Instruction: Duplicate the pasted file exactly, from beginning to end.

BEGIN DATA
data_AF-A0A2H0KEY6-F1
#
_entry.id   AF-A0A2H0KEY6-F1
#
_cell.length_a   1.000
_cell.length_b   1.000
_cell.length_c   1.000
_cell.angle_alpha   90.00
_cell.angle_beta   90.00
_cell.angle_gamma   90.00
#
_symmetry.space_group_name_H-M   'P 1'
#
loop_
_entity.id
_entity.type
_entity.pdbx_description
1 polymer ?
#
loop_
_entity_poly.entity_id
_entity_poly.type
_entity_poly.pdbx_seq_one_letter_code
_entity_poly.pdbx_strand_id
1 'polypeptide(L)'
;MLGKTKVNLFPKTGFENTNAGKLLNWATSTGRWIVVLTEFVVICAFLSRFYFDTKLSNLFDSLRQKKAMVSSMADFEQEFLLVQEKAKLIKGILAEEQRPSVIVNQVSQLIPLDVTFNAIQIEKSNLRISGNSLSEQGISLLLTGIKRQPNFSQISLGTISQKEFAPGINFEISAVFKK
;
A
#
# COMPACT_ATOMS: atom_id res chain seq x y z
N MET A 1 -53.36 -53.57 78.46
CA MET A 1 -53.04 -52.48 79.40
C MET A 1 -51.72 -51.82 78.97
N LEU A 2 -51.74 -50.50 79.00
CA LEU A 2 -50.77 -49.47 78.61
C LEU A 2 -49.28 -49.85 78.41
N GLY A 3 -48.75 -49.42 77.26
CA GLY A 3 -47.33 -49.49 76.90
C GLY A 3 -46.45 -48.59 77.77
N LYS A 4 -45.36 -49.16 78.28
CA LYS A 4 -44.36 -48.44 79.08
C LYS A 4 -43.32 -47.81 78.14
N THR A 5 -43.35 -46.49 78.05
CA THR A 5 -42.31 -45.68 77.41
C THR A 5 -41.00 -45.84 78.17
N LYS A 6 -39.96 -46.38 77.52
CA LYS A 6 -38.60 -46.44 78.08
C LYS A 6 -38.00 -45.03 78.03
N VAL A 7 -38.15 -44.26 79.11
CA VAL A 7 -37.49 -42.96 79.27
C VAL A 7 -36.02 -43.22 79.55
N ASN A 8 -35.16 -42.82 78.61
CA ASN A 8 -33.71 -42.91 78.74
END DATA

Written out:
data_AF-A0A2H0KEY6-F1
#
_entry.id   AF-A0A2H0KEY6-F1
#
_cell.length_a   1.000
_cell.length_b   1.000
_cell.length_c   1.000
_cell.angle_alpha   90.00
_cell.angle_beta   90.00
_cell.angle_gamma   90.00
#
_symmetry.space_group_name_H-M   'P 1'
#
loop_
_entity.id
_entity.type
_entity.pdbx_description
1 polymer ?
#
loop_
_entity_poly.entity_id
_entity_poly.type
_entity_poly.pdbx_seq_one_letter_code
_entity_poly.pdbx_strand_id
1 'polypeptide(L)'
;MLGKTKVNLFPKTGFENTNAGKLLNWATSTGRWIVVLTEFVVICAFLSRFYFDTKLSNLFDSLRQKKAMVSSMADFEQEFLLVQEKAKLIKGILAEEQRPSVIVNQVSQLIPLDVTFNAIQIEKSNLRISGNSLSEQGISLLLTGIKRQPNFSQISLGTISQKEFAPGINFEISAVFKK
;
A
#
# COMPACT_ATOMS: atom_id res chain seq x y z
N MET A 1 -53.36 -53.57 78.46
CA MET A 1 -53.04 -52.48 79.40
C MET A 1 -51.72 -51.82 78.97
N LEU A 2 -51.74 -50.50 79.00
CA LEU A 2 -50.77 -49.47 78.61
C LEU A 2 -49.28 -49.85 78.41
N GLY A 3 -48.75 -49.42 77.26
CA GLY A 3 -47.33 -49.49 76.90
C GLY A 3 -46.45 -48.59 77.77
N LYS A 4 -45.36 -49.16 78.28
CA LYS A 4 -44.36 -48.44 79.08
C LYS A 4 -43.32 -47.81 78.14
N THR A 5 -43.35 -46.49 78.05
CA THR A 5 -42.31 -45.68 77.41
C THR A 5 -41.00 -45.84 78.17
N LYS A 6 -39.96 -46.38 77.52
CA LYS A 6 -38.60 -46.44 78.08
C LYS A 6 -38.00 -45.03 78.03
N VAL A 7 -38.15 -44.26 79.11
CA VAL A 7 -37.49 -42.96 79.27
C VAL A 7 -36.02 -43.22 79.55
N ASN A 8 -35.16 -42.82 78.61
CA ASN A 8 -33.71 -42.91 78.74